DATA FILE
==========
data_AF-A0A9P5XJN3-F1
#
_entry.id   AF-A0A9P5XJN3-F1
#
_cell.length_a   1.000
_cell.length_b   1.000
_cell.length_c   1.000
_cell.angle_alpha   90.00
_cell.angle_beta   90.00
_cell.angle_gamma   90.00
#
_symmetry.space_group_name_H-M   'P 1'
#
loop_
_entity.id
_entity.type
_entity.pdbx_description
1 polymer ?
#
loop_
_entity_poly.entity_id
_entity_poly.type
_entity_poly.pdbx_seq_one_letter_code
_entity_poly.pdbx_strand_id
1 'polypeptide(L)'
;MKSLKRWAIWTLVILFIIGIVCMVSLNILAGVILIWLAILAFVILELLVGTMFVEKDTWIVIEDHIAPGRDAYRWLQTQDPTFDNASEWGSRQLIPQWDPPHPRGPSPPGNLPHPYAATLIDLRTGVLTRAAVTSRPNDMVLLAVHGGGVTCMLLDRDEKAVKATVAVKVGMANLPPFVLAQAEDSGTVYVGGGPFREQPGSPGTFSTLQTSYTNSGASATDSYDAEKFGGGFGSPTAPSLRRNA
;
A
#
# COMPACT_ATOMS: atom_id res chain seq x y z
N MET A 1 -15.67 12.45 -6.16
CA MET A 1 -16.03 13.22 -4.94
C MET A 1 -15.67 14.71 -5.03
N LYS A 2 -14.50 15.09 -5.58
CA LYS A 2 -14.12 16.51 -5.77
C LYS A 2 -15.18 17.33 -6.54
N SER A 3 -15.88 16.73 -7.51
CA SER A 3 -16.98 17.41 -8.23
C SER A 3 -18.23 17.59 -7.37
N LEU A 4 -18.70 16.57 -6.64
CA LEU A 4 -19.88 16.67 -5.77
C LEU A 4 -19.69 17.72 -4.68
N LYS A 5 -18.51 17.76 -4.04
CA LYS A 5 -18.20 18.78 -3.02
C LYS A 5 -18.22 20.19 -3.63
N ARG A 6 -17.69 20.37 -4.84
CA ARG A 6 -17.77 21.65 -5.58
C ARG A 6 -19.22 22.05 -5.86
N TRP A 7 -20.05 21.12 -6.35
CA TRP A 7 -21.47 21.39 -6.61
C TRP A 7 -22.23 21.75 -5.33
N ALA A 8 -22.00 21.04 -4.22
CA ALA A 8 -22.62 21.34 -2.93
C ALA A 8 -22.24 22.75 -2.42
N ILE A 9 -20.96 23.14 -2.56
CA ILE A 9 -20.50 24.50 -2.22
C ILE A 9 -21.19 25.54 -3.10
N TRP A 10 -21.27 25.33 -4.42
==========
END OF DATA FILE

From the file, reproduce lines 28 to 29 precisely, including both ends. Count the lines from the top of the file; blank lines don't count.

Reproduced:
A
#